Turns out our brains can store a petabyte of information – basically the whole Internet

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The human brain's memory capacity may be as much as 10 times larger than previously thought, according to a new study by scientists in California that looked at how hippocampal neurons in the brain function with low energy but high computational power.
The researchers built a 3D reconstruction of rat hippocampus tissue – the memory centre of the brain – and in doing so, discovered something strange. Synapses, the junctions that form between neurons, were being duplicated in about 10 percent of cases.
To measure the differences between these duplicate synapses, Sejnowski's team reconstructed the connectivity, shapes, volumes, and surface area of the rat brain tissue at a nano-molecular level, using advanced microscopy and computational algorithms.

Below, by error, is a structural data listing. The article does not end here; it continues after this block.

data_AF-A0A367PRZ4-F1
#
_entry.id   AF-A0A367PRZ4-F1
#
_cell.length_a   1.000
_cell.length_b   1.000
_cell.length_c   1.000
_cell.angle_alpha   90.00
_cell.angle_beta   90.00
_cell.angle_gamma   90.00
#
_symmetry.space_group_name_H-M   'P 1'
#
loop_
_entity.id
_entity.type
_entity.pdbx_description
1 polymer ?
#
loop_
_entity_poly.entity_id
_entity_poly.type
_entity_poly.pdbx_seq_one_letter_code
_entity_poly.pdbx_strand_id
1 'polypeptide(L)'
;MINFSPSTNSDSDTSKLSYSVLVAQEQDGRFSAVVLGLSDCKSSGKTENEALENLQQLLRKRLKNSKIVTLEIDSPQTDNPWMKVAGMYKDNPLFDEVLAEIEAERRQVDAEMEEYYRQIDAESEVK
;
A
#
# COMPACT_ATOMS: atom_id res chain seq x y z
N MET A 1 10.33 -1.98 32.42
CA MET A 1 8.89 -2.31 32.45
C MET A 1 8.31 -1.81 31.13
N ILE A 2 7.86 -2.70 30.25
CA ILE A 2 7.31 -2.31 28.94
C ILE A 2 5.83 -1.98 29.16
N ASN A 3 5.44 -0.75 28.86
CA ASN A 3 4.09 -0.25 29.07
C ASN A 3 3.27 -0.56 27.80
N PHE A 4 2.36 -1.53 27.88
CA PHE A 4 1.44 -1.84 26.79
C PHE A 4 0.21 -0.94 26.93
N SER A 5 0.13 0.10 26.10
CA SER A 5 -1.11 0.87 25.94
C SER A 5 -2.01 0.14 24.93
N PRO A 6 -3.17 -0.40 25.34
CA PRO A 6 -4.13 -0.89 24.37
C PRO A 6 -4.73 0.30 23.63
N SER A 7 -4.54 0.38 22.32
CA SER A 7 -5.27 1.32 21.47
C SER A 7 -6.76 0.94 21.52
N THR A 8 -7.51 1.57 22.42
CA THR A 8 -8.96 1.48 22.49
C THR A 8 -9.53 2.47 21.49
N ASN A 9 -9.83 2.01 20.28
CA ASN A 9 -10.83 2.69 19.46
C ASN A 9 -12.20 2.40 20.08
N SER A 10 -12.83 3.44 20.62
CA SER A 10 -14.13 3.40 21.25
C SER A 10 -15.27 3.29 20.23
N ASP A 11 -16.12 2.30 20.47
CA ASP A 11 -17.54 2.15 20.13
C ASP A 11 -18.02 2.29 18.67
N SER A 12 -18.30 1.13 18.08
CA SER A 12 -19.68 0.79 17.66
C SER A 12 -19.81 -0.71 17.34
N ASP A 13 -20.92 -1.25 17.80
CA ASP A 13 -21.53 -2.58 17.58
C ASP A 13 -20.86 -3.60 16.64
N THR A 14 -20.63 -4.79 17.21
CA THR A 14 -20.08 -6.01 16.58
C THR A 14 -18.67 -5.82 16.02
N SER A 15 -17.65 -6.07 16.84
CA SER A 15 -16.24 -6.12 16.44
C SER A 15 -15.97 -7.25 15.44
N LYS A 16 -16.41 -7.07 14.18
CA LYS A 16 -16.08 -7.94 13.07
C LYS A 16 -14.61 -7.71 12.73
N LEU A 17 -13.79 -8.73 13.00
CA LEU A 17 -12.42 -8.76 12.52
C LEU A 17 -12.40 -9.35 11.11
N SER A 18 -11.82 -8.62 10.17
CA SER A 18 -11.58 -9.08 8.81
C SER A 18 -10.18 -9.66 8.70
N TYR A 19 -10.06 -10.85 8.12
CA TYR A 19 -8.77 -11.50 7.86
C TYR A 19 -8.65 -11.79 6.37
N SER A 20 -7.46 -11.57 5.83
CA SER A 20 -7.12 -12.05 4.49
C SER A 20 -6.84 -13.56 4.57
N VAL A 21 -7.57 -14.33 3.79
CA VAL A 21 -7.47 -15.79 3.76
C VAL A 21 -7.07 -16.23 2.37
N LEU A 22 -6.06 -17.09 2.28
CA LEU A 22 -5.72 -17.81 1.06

The revelation that synapses can vary in size by increments as subtle as 8 percent suggests that there may be as many as 26 categories of sizes of synapses, rather than just a few, as scientists previously believed. According to the researchers, this extra complexity in synaptic dimensions translates to a huge boost in the brain's potential memory capacity. The researchers' calculations suggest that synapses also change their size and ability depending on neural transmissions. About 1,500 transmissions provoke a change in small synapses (taking about 20 minutes), while a couple hundred (1 to 2 minutes) will change large synapses.
Scientists consider that this could lead to advancements in computing, with ultra-precise and energy-efficient machines employing deep learning and neural networking techniques.
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